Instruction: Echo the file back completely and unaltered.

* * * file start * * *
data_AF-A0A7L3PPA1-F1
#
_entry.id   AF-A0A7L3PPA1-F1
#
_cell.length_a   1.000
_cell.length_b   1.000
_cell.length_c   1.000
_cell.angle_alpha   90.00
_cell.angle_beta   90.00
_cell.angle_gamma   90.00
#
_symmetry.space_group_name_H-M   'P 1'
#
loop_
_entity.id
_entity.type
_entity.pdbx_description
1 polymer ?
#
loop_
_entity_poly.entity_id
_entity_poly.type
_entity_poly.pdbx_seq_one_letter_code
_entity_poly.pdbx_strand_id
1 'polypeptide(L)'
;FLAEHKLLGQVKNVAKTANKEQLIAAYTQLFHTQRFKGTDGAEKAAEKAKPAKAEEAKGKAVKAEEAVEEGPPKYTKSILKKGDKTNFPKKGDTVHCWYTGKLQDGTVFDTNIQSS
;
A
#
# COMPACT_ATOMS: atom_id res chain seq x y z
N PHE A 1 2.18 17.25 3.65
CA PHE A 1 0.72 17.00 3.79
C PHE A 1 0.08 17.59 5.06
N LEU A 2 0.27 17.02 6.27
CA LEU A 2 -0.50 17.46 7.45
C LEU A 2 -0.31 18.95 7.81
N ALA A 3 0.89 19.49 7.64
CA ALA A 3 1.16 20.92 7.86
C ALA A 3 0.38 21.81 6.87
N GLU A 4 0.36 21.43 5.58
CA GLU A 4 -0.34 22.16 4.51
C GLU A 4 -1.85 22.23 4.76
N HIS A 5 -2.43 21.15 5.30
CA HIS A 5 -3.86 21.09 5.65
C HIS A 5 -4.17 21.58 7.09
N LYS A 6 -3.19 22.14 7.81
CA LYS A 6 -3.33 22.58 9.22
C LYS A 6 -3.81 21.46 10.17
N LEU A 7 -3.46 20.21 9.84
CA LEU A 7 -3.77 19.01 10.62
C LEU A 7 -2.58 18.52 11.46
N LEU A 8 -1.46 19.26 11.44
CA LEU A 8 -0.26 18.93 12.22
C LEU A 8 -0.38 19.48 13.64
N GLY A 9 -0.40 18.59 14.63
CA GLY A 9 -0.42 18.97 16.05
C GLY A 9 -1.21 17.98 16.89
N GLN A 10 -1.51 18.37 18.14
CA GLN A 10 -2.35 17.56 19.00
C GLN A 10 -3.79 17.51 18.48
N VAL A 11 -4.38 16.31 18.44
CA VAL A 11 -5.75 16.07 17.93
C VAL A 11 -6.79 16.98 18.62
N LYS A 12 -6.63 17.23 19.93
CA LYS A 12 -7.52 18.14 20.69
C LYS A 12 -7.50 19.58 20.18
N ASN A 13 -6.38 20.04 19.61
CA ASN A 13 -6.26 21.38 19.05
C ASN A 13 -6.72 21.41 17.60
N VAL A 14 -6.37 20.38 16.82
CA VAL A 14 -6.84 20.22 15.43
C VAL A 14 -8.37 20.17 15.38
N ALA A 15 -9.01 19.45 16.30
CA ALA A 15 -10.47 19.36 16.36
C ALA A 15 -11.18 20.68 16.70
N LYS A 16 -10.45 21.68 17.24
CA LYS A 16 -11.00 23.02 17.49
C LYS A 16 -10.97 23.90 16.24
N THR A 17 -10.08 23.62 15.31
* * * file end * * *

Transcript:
data_AF-A0A7L3PPA1-F1
#
_entry.id   AF-A0A7L3PPA1-F1
#
_cell.length_a   1.000
_cell.length_b   1.000
_cell.length_c   1.000
_cell.angle_alpha   90.00
_cell.angle_beta   90.00
_cell.angle_gamma   90.00
#
_symmetry.space_group_name_H-M   'P 1'
#
loop_
_entity.id
_entity.type
_entity.pdbx_description
1 polymer ?
#
loop_
_entity_poly.entity_id
_entity_poly.type
_entity_poly.pdbx_seq_one_letter_code
_entity_poly.pdbx_strand_id
1 'polypeptide(L)'
;FLAEHKLLGQVKNVAKTANKEQLIAAYTQLFHTQRFKGTDGAEKAAEKAKPAKAEEAKGKAVKAEEAVEEGPPKYTKSILKKGDKTNFPKKGDTVHCWYTGKLQDGTVFDTNIQSS
;
A
#
# COMPACT_ATOMS: atom_id res chain seq x y z
N PHE A 1 2.18 17.25 3.65
CA PHE A 1 0.72 17.00 3.79
C PHE A 1 0.08 17.59 5.06
N LEU A 2 0.27 17.02 6.27
CA LEU A 2 -0.50 17.46 7.45
C LEU A 2 -0.31 18.95 7.81
N ALA A 3 0.89 19.49 7.64
CA ALA A 3 1.16 20.92 7.86
C ALA A 3 0.38 21.81 6.87
N GLU A 4 0.36 21.43 5.58
CA GLU A 4 -0.34 22.16 4.51
C GLU A 4 -1.85 22.23 4.76
N HIS A 5 -2.43 21.15 5.30
CA HIS A 5 -3.86 21.09 5.65
C HIS A 5 -4.17 21.58 7.09
N LYS A 6 -3.19 22.14 7.81
CA LYS A 6 -3.33 22.58 9.22
C LYS A 6 -3.81 21.46 10.17
N LEU A 7 -3.46 20.21 9.84
CA LEU A 7 -3.77 19.01 10.62
C LEU A 7 -2.58 18.52 11.46
N LEU A 8 -1.46 19.26 11.44
CA LEU A 8 -0.26 18.93 12.22
C LEU A 8 -0.38 19.48 13.64
N GLY A 9 -0.40 18.59 14.63
CA GLY A 9 -0.42 18.97 16.05
C GLY A 9 -1.21 17.98 16.89
N GLN A 10 -1.51 18.37 18.14
CA GLN A 10 -2.35 17.56 19.00
C GLN A 10 -3.79 17.51 18.48
N VAL A 11 -4.38 16.31 18.44
CA VAL A 11 -5.75 16.07 17.93
C VAL A 11 -6.79 16.98 18.62
N LYS A 12 -6.63 17.23 19.93
CA LYS A 12 -7.52 18.14 20.69
C LYS A 12 -7.50 19.58 20.18
N ASN A 13 -6.38 20.04 19.61
CA ASN A 13 -6.26 21.38 19.05
C ASN A 13 -6.72 21.41 17.60
N VAL A 14 -6.37 20.38 16.82
CA VAL A 14 -6.84 20.22 15.43
C VAL A 14 -8.37 20.17 15.38
N ALA A 15 -9.01 19.45 16.30
CA ALA A 15 -10.47 19.36 16.36
C ALA A 15 -11.18 20.68 16.70
N LYS A 16 -10.45 21.68 17.24
CA LYS A 16 -11.00 23.02 17.49
C LYS A 16 -10.97 23.90 16.24
N THR A 17 -10.08 23.62 15.31